Donald Trump has cut many sharp deals on his way to Billionaire’s Row. Most of them were legal, maybe all of them were within what his lawyers told him they could successfully defend. But the Donald knows about sandbags and shortcuts. It’s never personal, just business.
He’s learning what every newcomer to politics learns the hard way. Politics is no kinder or more compassionate than business. The rules are full of holes, put there by clever lawyers descended from generations of Swiss cheesemakers. The Donald is getting the votes, and Ted Cruz is getting the delegates.
Nobody, least of all Donald Trump, should be surprised. Maybe he didn’t get the lecture on how babies are made. Somebody counted the bricks and the sacks of cement he bought to build the Trump Tower in Manhattan. Why wasn’t somebody assigned to find a lawyer who could read the fine print in Colorado, where Ted Cruz stole his lunch? What Ted Cruz did was not illegal, nor even unethical, as ethics are defined to the credulous and the confused. Ethics, as a wise man once said, are like virgins. You might find one in business or politics, but that’s not the most promising place to look.
A month ago, an inquisitor from MSNBC-TV suggested to Curly Haugland, a member of the Republican National Committee, that if the leading vote-getter in the presidential race were denied the nomination just short of the 1,237 delegates needed to win, there would be “deep anger” in Cleveland in July. Mr. Haugland gave the inquisitor a benign smile, and set out those elusive and delicate facts of life.
“The media has created the perception that the voters choose the nominee,” he said. “That’s the conflict here. “Political parties choose their nominees. Not the voters.”
This puzzles and disappoints voters who believe what they see and hear on the television screen, and some of them even believe what they read, which is usually more reliable, but not infallible. Good guys sometimes win, but that’s not always the way to bet.
The rage and venom against Donald Trump from the media and the Republican establishment is hardly unprecedented, but over the past week, the volume of it has been unusual. The Republican elites — and to a lesser degree the Democratic elites as well — are determined to put down the uprising by the peasants, to teach them once and for all that their role is to vote when, where and how they’re told (and sometimes, how often).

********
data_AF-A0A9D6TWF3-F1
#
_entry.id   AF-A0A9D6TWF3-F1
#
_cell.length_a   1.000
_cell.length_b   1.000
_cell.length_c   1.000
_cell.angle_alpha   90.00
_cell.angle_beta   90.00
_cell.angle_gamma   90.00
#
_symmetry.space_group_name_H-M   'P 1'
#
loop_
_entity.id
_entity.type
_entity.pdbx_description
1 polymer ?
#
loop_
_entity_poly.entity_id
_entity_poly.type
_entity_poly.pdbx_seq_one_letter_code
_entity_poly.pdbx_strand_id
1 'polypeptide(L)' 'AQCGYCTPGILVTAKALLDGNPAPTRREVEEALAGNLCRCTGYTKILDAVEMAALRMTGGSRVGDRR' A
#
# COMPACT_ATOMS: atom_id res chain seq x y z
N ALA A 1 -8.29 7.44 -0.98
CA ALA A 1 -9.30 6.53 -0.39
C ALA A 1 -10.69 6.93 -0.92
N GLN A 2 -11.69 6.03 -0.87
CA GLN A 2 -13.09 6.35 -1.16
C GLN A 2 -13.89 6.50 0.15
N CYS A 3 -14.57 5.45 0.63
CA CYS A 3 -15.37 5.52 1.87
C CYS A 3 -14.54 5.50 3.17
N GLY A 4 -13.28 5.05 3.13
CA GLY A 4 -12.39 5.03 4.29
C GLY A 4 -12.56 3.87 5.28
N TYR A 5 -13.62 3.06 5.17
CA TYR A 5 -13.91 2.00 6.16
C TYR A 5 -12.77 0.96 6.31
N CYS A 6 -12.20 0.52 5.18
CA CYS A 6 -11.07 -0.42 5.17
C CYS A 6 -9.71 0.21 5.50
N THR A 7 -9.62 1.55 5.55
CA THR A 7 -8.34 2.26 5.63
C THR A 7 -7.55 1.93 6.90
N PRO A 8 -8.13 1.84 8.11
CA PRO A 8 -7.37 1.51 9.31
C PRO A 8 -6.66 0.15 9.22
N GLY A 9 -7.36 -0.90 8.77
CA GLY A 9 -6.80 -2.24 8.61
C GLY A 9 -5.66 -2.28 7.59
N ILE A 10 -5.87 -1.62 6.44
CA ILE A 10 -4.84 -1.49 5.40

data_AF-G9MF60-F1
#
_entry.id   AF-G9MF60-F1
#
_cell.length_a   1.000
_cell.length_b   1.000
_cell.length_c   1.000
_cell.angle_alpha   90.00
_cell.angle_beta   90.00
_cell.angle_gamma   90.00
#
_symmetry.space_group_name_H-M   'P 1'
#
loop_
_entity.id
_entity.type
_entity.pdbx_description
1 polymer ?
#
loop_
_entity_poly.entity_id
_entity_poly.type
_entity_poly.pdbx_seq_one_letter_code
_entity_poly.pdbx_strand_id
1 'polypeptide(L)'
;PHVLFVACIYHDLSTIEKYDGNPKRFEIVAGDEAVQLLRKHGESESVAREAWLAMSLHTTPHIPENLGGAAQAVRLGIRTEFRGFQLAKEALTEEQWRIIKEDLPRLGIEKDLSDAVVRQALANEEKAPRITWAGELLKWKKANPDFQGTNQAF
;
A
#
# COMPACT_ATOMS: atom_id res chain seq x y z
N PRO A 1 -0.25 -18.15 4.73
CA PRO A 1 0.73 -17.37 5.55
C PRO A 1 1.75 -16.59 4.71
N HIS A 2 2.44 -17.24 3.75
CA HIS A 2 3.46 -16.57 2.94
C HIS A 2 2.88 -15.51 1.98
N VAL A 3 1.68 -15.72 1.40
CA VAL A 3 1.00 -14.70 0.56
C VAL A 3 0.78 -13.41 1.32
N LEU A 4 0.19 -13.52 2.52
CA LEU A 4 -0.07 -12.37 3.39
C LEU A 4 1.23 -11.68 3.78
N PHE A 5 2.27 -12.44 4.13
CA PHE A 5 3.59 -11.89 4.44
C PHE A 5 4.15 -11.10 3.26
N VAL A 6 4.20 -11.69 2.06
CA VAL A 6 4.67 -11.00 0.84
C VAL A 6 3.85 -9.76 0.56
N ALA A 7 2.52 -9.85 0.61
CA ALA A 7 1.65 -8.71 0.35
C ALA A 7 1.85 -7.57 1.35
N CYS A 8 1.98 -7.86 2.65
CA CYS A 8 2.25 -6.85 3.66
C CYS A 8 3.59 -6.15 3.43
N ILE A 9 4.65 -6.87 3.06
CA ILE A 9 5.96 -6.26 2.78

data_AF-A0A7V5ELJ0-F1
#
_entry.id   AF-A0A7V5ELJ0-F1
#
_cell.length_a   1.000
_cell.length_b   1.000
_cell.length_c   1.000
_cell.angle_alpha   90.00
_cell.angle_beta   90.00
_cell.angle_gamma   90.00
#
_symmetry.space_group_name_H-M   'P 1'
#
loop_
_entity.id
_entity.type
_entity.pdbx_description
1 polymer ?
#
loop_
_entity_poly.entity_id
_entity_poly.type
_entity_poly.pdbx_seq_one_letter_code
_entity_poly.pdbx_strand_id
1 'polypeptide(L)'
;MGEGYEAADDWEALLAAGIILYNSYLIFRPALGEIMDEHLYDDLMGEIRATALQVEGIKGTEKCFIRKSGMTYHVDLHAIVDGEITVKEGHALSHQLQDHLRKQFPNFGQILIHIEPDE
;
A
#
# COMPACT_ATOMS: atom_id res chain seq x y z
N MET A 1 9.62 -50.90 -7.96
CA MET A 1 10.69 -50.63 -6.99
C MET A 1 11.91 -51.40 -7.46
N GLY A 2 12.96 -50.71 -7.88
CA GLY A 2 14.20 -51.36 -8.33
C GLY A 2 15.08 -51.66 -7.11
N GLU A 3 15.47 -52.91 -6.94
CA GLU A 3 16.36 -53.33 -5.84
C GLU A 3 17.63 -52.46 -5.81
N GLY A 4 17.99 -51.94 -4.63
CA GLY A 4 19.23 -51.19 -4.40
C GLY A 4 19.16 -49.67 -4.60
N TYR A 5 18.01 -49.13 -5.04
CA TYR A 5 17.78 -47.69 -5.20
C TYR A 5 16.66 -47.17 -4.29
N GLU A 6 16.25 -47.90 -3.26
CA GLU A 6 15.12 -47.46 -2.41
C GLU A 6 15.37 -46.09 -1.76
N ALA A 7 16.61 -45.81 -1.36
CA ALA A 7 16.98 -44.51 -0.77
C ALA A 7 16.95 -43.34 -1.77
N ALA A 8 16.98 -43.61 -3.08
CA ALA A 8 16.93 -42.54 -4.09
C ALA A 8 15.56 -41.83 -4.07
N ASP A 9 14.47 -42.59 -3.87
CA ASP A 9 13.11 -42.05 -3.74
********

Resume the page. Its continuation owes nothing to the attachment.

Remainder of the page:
Remote control of delegates is not new. Once many years ago, when I was a young reporter on a newspaper far away, I could not get assigned to cover that summer’s Democratic convention. So I took my vacation, emptied my modest bank account and hitchhiked to Los Angeles with no credentials, no credit cards, no place to stay and very little cash. I bumped into a friendly lawyer for one of the delegations and asked him to help me get a pass to the convention floor.
“Not possible,” he said, “not unless you’re willing to be a delegate. Someone in our delegation didn’t show up.” I quickly accepted, but explained that I was not a voter in his state (or any state) and did not even live there. “No problem,” he said. “The governor tells everybody how to vote, anyway. Don’t get any big ideas.”
That’s the way it used to be. The primaries have been around for almost a hundred years, but not so long ago nobody paid much attention to them. They were like straw polls. But slowly the primaries and caucuses grew important, and the smoke-filled room of legend and recollection went the way of the streetcar and the landline telephone.
Now the powers-that-be (or powers-that-were, after the Donald and Bernie Sanders broke some of the dishes) want to go back to the old days. The old days were not all bad. Abraham Lincoln, Franklin D. Roosevelt and Harry S. Truman came out of smoke-filled rooms.
But flouting the rules at the last minute can raise an awful stink. The elites are cheering Ted Cruz now, because he seems to have stalled the Donald, but if the Donald wins New York and Pennsylvania the tune will change again.
Paul Ryan, the speaker of the House, is the real choice of the establishment elites. He’s impatiently waiting in the wings, just as he waited there to be the new speaker, insisting to everyone that he didn’t want it. Nothing illegal about that, either, because blowing up the party is not illegal. The lawyers are at work on how to get around the rules. If all else fails, a stampeded convention can always suspend the rules. Nothing illegal about that, either.
• Wesley Pruden is editor in chief emeritus of The Times.